NOTICE: (Updated March 5, 2010)

Beginning December 19, 2009, Books 'N Border Collies will be posting but only intermittently while I pursue personal goals. I plan to share some reading I'm doing, but there will be no reviews. I will, however, be sharing my exploration of vegetarian cooking and the cookbooks and websites I use to educate myself. I hope you enjoy it!

Lezlie



Saturday, March 28, 2009

SURVIVAL IN AUSCHWITZ

by Primo Levi



"[B]ecause the Lager was a great machine to reduce us to beasts, we must not become beasts; that even in this place one can survive, and therefore one must want to survive, to tell the story, to bear witness; and that to survive we must force ourselves to save at least the skeleton, the scaffolding, the form of civilization. We are slaves, deprived of every right, exposed to every insult, condemned to certain death, but we still possess one power, and we must defend it with all our strength for it is the last - the power to refuse our consent." (p. 41)

Primo Levi was at the German death camp of Auschwitz for ten months, and that was the advice given to him from another prisoner when he was teetering on the brink of giving up hope. Survival In Auschwitz is the story of the survival of both his body and his humanity. It does not dwell on the deaths, the gas chambers and ovens. It shows the reader how he and a number of others endured sickness and deprivation, cheated "selections", and sometimes just through sheer "dumb luck" lived to tell their own stories.

I will let the quote stand alone as a testament to the heart, soul and courage you will find in the pages of this remarkable memoir.



19 comments:

Literate Housewife said...

Primo Levi is a treasure for human kind.

Lezlie said...

Literate Housewife ~ He is amazing. I will be reading more of his work.

Lezlie

Serena said...

This sounds like a great book for the WWII Reading Challenge. Thanks for the sparse, yet poignant review.

zetor said...

Sounds like a very thought provoking book.

Lezlie said...

Serena ~ It is perfect for that challenge! I know I kept my thoughts brief on this one, but, honestly, the quote from it says it all.

Zetor ~ That it is. I always have a hard time "reviewing" Holocaust literature. It's like I feel I have no right to pass any kind of judgement on it, only to learn from it.

Lezlie

Nymeth said...

The quote says it all. It breaks my heart that so many years later he took his own life.

Lezlie said...

Nymeth ~ He did? I haven't done any research on him outside of reading this, so I don't know anything about him at all. That's so sad!

Lezlie

Ladytink_534 said...

Oh we've got to make you read something cheerful before you put yourself in a reading slump! This does sound like an interesting memoir but even if it doesn't dwell on the horrible things, I'd probably still cry at the end.

Lezlie said...

Ladytink ~ Hmmm. My reading has been serious lately, hasn't it? I didn't notice that. At least they've been really good books! :-) No danger of a reading slump so far. Mostly I'm antsy for more time to read. Basketball and Peter's heath issues have slowed things down, but the Timberwolves only have eight games left and we're getting things stabilized with Peter. Things are looking brighter already! :-)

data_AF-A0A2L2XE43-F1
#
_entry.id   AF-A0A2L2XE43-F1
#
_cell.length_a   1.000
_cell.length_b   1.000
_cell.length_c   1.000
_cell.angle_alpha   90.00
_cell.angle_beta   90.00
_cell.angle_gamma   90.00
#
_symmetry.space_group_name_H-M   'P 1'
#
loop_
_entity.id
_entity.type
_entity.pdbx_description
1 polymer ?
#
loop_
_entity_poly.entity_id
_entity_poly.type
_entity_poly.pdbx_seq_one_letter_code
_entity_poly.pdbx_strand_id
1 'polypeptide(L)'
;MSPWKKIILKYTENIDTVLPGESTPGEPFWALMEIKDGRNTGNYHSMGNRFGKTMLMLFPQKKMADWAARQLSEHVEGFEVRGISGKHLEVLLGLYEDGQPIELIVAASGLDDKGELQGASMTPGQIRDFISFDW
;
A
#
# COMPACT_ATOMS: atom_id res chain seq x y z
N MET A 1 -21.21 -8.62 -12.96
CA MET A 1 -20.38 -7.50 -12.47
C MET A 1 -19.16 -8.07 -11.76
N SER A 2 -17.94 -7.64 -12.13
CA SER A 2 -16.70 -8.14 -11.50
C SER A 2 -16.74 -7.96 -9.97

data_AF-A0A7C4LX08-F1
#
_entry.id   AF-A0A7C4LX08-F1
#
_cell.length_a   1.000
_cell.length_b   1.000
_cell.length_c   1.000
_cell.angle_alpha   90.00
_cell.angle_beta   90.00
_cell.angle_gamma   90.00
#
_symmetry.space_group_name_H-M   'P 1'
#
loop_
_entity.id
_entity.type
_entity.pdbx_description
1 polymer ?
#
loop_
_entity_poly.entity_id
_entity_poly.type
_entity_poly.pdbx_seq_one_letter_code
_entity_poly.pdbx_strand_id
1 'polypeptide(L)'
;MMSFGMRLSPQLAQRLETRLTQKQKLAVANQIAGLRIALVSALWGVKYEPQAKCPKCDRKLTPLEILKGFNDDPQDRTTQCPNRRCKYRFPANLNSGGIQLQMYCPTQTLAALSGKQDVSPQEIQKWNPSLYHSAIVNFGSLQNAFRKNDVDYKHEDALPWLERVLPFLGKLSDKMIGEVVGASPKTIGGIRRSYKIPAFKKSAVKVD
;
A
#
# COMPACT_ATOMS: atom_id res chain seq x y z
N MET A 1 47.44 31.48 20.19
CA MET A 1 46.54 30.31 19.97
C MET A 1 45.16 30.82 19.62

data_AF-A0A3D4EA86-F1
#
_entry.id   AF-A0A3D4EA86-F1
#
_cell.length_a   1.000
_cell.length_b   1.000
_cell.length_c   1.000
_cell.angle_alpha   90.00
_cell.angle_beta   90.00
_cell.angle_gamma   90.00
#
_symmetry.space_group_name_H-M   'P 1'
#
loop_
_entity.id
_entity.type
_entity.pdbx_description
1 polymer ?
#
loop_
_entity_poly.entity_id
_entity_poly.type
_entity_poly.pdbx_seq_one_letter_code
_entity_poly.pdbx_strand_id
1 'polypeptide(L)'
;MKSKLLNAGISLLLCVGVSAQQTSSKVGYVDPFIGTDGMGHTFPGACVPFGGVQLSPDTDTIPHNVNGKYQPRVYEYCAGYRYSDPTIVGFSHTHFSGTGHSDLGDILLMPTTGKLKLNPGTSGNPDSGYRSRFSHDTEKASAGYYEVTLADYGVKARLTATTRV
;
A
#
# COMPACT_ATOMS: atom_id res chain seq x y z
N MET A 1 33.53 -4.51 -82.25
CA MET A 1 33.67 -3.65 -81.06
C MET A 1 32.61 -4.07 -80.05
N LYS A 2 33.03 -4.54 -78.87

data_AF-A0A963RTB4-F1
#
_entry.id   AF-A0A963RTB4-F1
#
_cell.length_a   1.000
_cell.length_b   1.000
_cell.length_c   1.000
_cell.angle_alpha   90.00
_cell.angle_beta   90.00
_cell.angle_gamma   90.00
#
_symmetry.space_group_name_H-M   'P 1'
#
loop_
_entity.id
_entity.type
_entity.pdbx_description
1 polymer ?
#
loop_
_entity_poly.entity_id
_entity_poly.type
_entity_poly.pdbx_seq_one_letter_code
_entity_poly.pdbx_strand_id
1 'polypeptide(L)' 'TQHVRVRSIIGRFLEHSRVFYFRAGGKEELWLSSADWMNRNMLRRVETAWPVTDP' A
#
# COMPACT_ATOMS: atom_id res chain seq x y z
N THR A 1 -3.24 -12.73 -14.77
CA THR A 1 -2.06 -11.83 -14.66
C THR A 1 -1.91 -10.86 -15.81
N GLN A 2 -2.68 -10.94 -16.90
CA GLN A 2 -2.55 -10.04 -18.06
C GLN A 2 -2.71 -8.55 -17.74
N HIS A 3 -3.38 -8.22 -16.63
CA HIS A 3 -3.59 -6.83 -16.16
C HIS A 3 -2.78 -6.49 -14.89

Lezlie

Lisa said...

I like the fact that this one is told from the perspective of hope and survival without focusing on the daily horrors. The quote pretty much sums it up.

Lezlie said...

Lisa ~ So did I. It was very different than what I was expecting, in a good way!

Lezlie

Natasha @ Maw Books said...

After looking at your review I went to my library's site to put this on hold and it said this was originally published as This is a Man. I've had that title on my list FOREVER but couldn't find a copy. So glad to find out that this is the same book1

Lezlie said...

Hi, Natasha! Yes, that was the original title. I should have mentioned that in my comments. I can't wait to see your thoughts on this one! I want to read the next one, too, about returning from the camp.

Lezlie

Trish said...

I read this in one of my history classes and was struck by Levi's voice--such a powerful read.

Lezlie said...

Trish ~ I agree. I'm looking forward to reading more of his work.

Lezlie

Heather J. said...

That is a very powerful quote, and very true.

I recently watched an episode of THE TUDORS on HBO where Henry VII's daughter Mary was given the choice of almost certain death or signing a document that said her parents knowledge was unlawful and that she was a bastard child. She finally agreed to sign it.

Obviously the two situations are very different, but that quote applies to both - each person has only one decision, the decision to consent or not to consent. We ultimately cannot control anything else except that one decision.

Lezlie said...

Heather ~ The other thought that is related is that as long as you still live, you may have a chance to change things.

Lezlie

Anna & Serena said...

Lezlie: an excerpt from your review will appear here: http://warthroughthegenerations.wordpress.com/2009/11/23/reviews-survival-in-auschwitz-by-primo-levi/

late morning of Nov. 23.

Thanks for participating.

Lezlie said...

Thanks! And you're welcome. It was a great challenge!
Lezlie